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The Parent's Notebook: The “Batman Killer” Illustrates Why Being Smart Is Not Enough, Our Kids Must Be S.M.A.R.T.


America was in shock after last week’s shooting of dozens in a Colorado movie theatre.  Each time there is an extreme display of violence, everyone (rightfully) goes into a frenzy about the lack of respect for human life shown.  However, when we are inundated with imagery and messages about fame and fortune being life’s goal, we see people dismissing communal values and respect daily.  Mottos such as “Get Rich or Die Trying” captures the value system that engulfs far too many minds today.  Playgrounds were the sites of a  three-year- old  being shot over a week ago and this past Sunday a four- year-old was fatally shot in the head.   This is happening more and more frequently as young people are undergoing an education that has nothing to do with realizing and strengthening their innate abilities and building better communities.  The suspected Colorado gunman came from a financially well-to-do family and was a former PH.D candidate.  This is a clear demonstration that rearing children by merely providing physical needs and pursuing good grades in school is just not enough.

When someone is referred to as “smart”, we are usually referring to a very limited definition of intelligence.  Howard Gardner’s theory of Multiple Intelligences shows the range of human faculties and cognitive abilities being exhibited.  In the educational system, only two of the nine intelligences are emphasized.  Schools and society as a whole place value on the verbal/linguistic and the mathematical/logical intelligences, deeming those who are strong in these intelligences “Smart.” But Smart is not a destination; it is a tool and if the destination is not attached, then “Smart” can be co- opted by any external force.  The intelligences must be declared and cultivated for a greater goal, one that is bigger than the individual.  Children are not too young to participate in the project of making their families and communities better.

A system that marginalizes many talents and considers education as having to learn what is advantageous for merely obtaining a job, contradicts the theory of developing one’s natural faculties and talents.  No wonder so many are dependent on companies to acquire a job instead of seeing education as a means to independently act and affect change.  We need to nurture S.M.A.R.T. kids, kids who are Self- determining, Motivated, Achieving, Responsible and Team-oriented.  Evelyn Fernandez shares how her two teenagers collaboratively create Stop Motion Lego Videos and get paid by their sponsors for every view they receive. These are young minds who are meeting a demand by using their talents instead of acquiring skills that will hopefully be used one day.  Israel Cameron shares that his three-year-old sings in front of large audiences and loves learning to swim. These activities, he says, creates balance and enhances her social skills.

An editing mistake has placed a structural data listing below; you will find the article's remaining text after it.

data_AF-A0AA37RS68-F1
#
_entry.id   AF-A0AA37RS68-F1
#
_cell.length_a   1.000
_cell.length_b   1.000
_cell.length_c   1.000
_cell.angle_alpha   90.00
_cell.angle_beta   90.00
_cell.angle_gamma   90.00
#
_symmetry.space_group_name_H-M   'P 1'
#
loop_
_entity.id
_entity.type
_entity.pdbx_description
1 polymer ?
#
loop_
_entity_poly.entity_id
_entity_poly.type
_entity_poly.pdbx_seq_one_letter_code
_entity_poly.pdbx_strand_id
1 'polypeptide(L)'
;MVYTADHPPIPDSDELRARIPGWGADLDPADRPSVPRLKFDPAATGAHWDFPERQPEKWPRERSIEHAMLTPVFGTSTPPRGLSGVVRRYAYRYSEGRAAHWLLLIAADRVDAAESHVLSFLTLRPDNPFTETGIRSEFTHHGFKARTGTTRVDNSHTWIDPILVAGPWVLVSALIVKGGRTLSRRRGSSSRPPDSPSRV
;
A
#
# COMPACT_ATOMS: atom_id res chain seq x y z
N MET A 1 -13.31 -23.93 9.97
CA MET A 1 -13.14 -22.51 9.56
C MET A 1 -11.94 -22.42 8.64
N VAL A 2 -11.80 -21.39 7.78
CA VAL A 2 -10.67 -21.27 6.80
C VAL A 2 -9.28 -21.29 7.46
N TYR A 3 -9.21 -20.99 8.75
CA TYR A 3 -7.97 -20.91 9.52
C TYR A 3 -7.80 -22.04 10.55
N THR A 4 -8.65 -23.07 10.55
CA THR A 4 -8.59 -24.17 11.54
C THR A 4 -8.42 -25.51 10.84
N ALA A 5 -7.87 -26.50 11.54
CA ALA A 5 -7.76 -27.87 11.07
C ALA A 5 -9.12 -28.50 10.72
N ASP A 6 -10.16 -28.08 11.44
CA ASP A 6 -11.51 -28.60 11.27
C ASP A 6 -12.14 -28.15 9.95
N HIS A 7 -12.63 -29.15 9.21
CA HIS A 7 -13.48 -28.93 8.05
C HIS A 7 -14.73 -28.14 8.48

Most parents appreciate playground time and other activities, because it gives their children an opportunity to develop their bodily/kinesthetic (physical skill) and interpersonal intelligence, which is the ability to work with and be perceptive of the moods and feelings of others.  Many schools now focused on collaboration, realize that students who learn to work well with others become adults who understand the importance of a society that works for all.  Also, realizing that collective intelligence is needed to solve the world’s most challenging problems, the “smart” individual is rendered useless.

Establish the S.M.A.R.T. program at home – Begin by holding a family meeting allowing each member to express the changes they’d like to see in your home. Be sure to have them state desired results, i.e., each family member having adequate time in the bathroom, not singling out individuals to criticize. We can break the practice of “Compare and Compete” which causes friction and prevents unity in families and the community at-large. Within this setting, each family member should discover their dominant intelligences, allowing them to see what they share with others and allowing all to learn and appreciate the skills that are available for home projects.


The S in S.M.A.R.T. is key.  Self-determination requires a sense of self-esteem.  From birth, acknowledge their abilities, actions, accomplishments and efforts.  This encourages self-confidence encouraging them to try new things.  Home is crucial in developing self- awareness and appreciation.  It is here that differences can be appreciated and used to problem-solve.  It is here that Cornel West’s quote, “Different doesn’t mean inferior”, can be internalized.

Contact: for Multiple Intelligence tests and outline for starting S.M.A.R.T. stating the ages of children.   Visit The Parents Notebook on Facebook @

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